HP Omen 15 Is First Gaming Laptop with 240 Hz Refresh Rate

When it comes to gaming, HP continues to walk the fine line between affordability and power with its Omen series. The newest entry, the Omen 15, is a refresh that fuses the power of an 8th Gen Intel processor with a yet-to-be-announced GPU in a relatively lightweight chassis. Available starting in July 2019, starting at $1,369, the Omen 15 is sure to make a splash with gamers looking for a mid-to-upper tier system.

HP Omen 15 Specs and Price

When it ships, the Omen 15 will feature a 8th Gen Intel Core i7-8750H CPU, 16GB of RAM, a 128GB M.2 SSD with a 1TB 7,200-rpm hard drive and an undisclosed Nvidia GPU. The starting price is $1,369. In order to futureproof the laptop, HP included a single- access panel at the bottom, which lets enterprising DIYers swap out the hard drive, solid state drive and RAM when things start getting a little sluggish.

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Row 0 - Cell 0 HP Omen 15
Starting Price$1,369.00
Display15.6-inch, 1920 x 1080
Storage128GB SSD/1TB HDD
Size14.2 x 10.4 x 1 inches
Weight5.3 pounds


HP is holding tight to that red-and-black aesthetic that’s come to define gaming laptops. Although the exterior is made entirely from plastic, it’s not an unattractive design, especially with its divergent textures. Split by a metallic-colored red X, you get four quadrants –– two reasonable carbon fiber facsimiles and two in faux brushed aluminum. It helps to give the system a more premium look.

Thankfully, it’s not all plastic. Opening the laptop reveals an aluminum interior deck with a full-sized backlit island-style keyboard. However, unlike its predecessor, the new Omen 15 offers four zones of customization instead of a monotone red.

At 5.3 pounds, the 14.2 x 10.4 x 1-inch notebook is slightly lighter than the Asus ROG GU501 (5.4 pounds, 15.1 x 10.3 x 0.7 inches), Acer Predator Helios 300 Special Edition (5.5 pounds, 15.4 x 10.5 x 1.1 inches) and the Dell G7 15 (6.3 pounds, 15.3 x 10.8 x 0.9 inches)


The Omen 15 ships with a 15.6-inch, 1920 x 1080 anti-glare display. Despite the anti-glare finish, colors seemed to pop and the screen was fairly bright. However, the display’s biggest draw is the refresh rate. The Omen 15 is the first in the world to have a display with a 240-Hertz refresh rate. That means that gamers will enjoy incredibly smooth graphics with just about any title.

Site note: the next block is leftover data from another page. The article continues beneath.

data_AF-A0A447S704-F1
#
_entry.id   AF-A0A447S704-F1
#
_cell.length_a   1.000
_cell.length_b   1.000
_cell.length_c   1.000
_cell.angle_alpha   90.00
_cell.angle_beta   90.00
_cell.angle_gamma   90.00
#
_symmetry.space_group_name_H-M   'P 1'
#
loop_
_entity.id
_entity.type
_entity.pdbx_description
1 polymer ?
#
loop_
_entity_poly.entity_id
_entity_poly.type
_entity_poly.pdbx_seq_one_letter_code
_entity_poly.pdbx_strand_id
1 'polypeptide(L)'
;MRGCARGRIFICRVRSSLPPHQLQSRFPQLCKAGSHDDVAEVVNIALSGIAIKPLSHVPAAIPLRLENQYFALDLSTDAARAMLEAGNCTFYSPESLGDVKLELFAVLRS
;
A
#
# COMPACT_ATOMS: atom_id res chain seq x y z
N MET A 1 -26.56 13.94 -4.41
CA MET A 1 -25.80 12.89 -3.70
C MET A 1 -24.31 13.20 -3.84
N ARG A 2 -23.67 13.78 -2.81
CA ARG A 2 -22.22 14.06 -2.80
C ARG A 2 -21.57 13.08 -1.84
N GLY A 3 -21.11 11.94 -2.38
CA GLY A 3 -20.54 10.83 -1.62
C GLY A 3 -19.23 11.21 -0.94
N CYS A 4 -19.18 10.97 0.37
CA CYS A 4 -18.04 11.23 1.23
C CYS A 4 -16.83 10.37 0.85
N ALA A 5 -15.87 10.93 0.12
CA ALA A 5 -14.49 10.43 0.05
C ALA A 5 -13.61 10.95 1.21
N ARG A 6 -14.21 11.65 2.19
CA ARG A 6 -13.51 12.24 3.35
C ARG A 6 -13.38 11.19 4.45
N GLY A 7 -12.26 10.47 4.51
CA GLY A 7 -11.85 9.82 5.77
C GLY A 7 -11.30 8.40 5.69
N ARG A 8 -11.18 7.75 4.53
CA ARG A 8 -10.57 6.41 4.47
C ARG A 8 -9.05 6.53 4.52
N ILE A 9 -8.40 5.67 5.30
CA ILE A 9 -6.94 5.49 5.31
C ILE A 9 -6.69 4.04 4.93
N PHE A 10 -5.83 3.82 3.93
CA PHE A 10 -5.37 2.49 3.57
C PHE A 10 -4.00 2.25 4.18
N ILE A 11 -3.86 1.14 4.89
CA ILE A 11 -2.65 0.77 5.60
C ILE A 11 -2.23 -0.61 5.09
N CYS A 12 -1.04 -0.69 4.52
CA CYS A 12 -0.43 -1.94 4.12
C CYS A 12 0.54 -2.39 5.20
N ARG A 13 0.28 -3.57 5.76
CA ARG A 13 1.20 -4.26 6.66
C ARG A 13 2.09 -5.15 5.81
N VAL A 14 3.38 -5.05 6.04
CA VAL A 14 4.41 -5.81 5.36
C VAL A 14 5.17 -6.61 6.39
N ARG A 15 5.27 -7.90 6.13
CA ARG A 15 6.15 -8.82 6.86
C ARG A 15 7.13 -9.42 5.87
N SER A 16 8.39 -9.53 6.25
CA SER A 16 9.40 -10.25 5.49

In addition to the extra-high refresh rate, HP’s also shrank the bezels. The top bezel is 32 percent smaller than the previous model and the company managed to make the side bezels 65 percent slimmer. The thinner bezels nets the viewer a larger screen in a smaller space. Plus, the screen has a generous 178-degree viewing angle so you can share the view with friends. Still, I’m hoping that HP will offer a 4K iteration down the line for those of us that want to enjoy every last pixel.

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The biggest news about the Omen 15’s keyboard is the addition of customizable RGB backlighting instead of the tried-and-true blood-red glow. Now you get four zones of customization via the Omen Command Center, which also allows you to create macros and set network bandwidth prioritization.

A quick test session on the island-style keys was solid, with a fair amount of feedback and travel. But I’m eager to see actual measurements and spend at least an hour working on the system to get a more comprehensive conclusion.

Bottom Line

When it launches, the Omen 15 will be a welcome update to a solid mid-level gaming laptop. For $1,369, you’ll get a system that can dole out a solid performance, depending on which GPU HP pairs with that Core i7 processor. In addition, the notebook will feature a display with a 240-Hz refresh rate -- a first for a gaming laptop. Depending on how it holds up during testing, the Omen 15 could become a heavy-hitter in the gaming laptop space.

Sherri L. Smith
Editor in Chief

Sherri L. Smith has been cranking out product reviews for Laptopmag.com since 2011. In that time, she's reviewed more than her share of laptops, tablets, smartphones and everything in between. The resident gamer and audio junkie, Sherri was previously a managing editor for Black Web 2.0 and contributed to BET.Com and Popgadget.